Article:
US offers to free terrorism inmates
Ian Cobain and Vikram Dodd – The Guardian October 4, 2006
The US has offered to return nearly all British residents held at Guantanamo Bay after months of secret talks in Washington.
But the British Government has refused to accept the men, as senior officials say they have no legal right to return because they are not British citizens.
Documents obtained by <>The Guardian<> also show that US authorities are demanding that the prisoners be kept under 24-hour surveillance if set free - restrictions that are dismissed by the British as unnecessary and unworkable.
Although all are accused of terrorist involvement, Britain says there is no intelligence to warrant the measures Washington wants, and it lacks the resources to implement them. "They do not pose a sufficient threat," said the director of counter-terrorism at the Home Office, William Nye.
At least nine former British residents have been detained without trial at Guantanamo for more than four years after being taken prisoner in the so-called war on terrorism. Their lawyers say some have suffered appalling mistreatment. The Australian David Hicks successfully applied for British citizenship but it was later withdrawn, and the British Government has not lobbied on his behalf.
With the US Government anxious to scale down and eventually close its prison at the Cuban base, the State Department is putting pressure on the British Government to allow some to return. Foreign Office officials have denied that any talks have taken place.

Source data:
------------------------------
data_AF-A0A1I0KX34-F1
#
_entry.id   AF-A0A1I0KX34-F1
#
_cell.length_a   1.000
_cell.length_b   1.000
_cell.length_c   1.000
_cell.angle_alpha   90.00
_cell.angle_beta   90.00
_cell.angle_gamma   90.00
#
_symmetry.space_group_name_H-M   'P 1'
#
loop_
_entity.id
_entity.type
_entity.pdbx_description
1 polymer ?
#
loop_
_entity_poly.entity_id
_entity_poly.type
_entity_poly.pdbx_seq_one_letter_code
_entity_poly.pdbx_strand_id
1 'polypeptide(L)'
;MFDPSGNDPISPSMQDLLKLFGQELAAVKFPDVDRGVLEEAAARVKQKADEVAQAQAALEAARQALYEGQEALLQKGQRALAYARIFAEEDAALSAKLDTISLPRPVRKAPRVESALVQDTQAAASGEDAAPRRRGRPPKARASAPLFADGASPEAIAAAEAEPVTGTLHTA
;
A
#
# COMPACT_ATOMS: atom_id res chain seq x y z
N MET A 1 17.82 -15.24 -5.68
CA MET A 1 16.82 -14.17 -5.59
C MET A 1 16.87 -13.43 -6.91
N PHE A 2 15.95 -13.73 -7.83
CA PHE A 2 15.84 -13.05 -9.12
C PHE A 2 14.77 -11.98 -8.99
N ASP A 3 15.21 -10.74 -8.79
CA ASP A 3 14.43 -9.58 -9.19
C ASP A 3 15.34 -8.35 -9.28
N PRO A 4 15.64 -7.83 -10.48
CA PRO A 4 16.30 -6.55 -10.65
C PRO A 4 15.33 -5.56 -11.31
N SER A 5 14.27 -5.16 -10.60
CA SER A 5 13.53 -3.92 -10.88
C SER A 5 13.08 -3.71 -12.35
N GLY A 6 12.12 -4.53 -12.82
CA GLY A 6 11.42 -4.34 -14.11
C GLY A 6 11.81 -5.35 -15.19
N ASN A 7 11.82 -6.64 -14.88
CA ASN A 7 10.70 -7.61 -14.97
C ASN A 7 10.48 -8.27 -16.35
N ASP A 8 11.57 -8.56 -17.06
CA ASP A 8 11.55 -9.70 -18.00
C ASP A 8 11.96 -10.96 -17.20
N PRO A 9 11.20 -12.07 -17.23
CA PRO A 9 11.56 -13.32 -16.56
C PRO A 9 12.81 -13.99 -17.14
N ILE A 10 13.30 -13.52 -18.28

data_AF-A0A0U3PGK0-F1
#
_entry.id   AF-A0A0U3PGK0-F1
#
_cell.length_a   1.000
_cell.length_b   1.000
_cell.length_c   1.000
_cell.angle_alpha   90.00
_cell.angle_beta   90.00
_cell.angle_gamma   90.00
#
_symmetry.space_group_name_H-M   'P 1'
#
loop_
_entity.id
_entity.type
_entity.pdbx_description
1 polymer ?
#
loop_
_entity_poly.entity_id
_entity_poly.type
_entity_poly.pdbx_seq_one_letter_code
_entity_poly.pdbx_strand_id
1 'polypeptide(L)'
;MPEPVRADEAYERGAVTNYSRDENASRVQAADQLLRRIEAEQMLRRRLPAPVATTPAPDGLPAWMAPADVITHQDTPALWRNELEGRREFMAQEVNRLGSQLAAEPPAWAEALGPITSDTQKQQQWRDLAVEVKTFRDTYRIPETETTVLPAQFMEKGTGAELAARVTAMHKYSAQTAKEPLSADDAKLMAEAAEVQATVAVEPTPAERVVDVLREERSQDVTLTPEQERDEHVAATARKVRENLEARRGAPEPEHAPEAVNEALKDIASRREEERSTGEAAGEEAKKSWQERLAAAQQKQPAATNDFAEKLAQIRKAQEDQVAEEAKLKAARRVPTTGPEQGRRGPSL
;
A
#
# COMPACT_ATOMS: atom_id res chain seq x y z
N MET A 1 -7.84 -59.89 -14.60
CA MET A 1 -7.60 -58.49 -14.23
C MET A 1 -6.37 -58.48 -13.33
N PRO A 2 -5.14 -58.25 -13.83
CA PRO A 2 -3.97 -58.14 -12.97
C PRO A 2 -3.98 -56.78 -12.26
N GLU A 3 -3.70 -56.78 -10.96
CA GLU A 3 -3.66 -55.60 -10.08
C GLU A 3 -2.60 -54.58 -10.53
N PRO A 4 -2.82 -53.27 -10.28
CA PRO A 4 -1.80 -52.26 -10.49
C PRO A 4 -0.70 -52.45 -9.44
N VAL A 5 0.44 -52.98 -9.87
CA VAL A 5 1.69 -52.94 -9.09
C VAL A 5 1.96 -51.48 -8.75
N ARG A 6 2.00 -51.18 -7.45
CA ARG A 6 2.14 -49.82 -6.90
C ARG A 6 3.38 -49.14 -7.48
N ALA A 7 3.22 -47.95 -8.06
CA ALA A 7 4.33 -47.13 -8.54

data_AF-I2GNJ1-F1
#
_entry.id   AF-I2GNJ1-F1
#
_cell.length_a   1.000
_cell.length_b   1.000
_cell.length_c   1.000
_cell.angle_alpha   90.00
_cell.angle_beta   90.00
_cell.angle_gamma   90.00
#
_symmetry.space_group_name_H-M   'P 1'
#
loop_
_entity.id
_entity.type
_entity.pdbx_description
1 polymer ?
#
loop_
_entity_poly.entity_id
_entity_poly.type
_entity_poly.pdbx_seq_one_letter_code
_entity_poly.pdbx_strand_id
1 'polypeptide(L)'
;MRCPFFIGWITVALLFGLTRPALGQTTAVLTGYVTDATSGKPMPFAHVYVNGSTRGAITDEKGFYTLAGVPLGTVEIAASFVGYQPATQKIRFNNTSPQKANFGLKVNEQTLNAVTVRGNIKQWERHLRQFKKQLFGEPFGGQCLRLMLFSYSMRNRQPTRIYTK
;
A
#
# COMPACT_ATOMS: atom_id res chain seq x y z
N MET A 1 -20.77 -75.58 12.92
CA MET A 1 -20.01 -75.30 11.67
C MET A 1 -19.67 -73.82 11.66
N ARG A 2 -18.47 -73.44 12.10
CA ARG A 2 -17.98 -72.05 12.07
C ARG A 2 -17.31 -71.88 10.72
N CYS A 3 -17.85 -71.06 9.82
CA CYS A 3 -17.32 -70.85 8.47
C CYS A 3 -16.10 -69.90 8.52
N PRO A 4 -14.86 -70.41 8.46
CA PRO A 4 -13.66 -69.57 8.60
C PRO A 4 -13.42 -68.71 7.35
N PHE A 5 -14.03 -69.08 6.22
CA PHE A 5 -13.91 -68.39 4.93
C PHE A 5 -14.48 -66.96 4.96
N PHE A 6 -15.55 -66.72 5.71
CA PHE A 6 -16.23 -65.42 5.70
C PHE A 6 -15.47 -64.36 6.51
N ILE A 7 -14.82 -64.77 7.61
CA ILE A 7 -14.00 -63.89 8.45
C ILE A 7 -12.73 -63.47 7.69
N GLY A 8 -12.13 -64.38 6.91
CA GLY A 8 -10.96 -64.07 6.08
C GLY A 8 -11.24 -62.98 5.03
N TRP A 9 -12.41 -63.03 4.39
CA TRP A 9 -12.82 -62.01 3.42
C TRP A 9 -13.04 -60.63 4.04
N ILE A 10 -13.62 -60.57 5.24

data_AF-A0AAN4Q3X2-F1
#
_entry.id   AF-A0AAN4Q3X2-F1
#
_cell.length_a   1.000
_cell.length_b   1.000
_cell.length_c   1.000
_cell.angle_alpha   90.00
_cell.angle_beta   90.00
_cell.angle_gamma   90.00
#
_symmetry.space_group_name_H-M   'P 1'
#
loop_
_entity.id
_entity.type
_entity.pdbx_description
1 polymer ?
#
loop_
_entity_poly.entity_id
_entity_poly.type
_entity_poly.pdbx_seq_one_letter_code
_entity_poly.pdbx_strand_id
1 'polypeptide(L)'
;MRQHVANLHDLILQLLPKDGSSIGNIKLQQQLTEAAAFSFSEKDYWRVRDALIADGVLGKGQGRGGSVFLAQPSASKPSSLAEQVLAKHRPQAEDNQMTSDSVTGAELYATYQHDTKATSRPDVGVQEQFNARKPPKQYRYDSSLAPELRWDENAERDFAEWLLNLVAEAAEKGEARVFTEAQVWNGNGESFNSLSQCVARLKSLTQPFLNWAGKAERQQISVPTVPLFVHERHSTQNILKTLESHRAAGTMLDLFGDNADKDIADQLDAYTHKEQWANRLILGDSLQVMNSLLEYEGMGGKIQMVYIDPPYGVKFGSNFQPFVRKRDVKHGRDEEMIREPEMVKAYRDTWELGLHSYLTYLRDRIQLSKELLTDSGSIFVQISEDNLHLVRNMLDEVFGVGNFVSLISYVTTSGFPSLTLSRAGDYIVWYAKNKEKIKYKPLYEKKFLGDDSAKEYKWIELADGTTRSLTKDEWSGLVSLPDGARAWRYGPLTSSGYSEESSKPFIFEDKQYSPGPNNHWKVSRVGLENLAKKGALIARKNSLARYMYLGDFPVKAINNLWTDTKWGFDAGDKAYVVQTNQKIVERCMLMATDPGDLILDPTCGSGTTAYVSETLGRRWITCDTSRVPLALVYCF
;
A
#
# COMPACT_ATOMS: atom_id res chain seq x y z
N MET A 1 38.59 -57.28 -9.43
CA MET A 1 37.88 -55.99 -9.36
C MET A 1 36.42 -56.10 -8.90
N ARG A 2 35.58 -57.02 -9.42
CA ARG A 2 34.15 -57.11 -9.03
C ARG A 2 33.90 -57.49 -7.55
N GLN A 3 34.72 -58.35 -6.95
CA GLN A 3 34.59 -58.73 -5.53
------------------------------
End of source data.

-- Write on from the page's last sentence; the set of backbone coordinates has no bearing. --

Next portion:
The US State Department confirmed there are "ongoing diplomatic negotiations", as the documents show. They were written by senior counter-terrorism officials at the Home Office and Foreign Office at a time when some ministers were voicing their harshest criticism of Guantanamo.
The report comes after Britain's Lord Chancellor, Charles Falconer, criticised the controversial base in a speech before Australian MPs, judges and academics at the High Court in Canberra last month.
"It is because of that principle that the USA, deliberately seeking to put the detainees beyond the reach of the law in Guantanamo Bay, is so shocking an affront to the principles of democracy," he said.
A spokesman for Britain's Foreign Ministry told Agence France-Presse yesterday that the country was "not in a position to provide consular or diplomatic assistance to foreign nationals in Guantanamo Bay".
"However, we have exceptionally met the families and representatives of these men and have conveyed their concerns to the US on a humanitarian basis."
The documents are witness statements from David Richmond, director-general of defence and intelligence at the Foreign Office, and Mr Nye.
Mr Richmond wrote: "The British embassy in Washington was told in mid-June 2006 that, during an internal meeting between US officials, the possibility had been floated of asking the UK Government to consider taking back all the detainees at Guantanamo who had formerly been resident in the UK. Information about what had occurred at this meeting had been fed back informally to the embassy, and the UK Government wished to clarify the significance of this idea."
The talks have been held against the backdrop of a growing realisation within the Bush Administration that it would be in the interests of the US to shut down the camp
Last updated 05/10/2006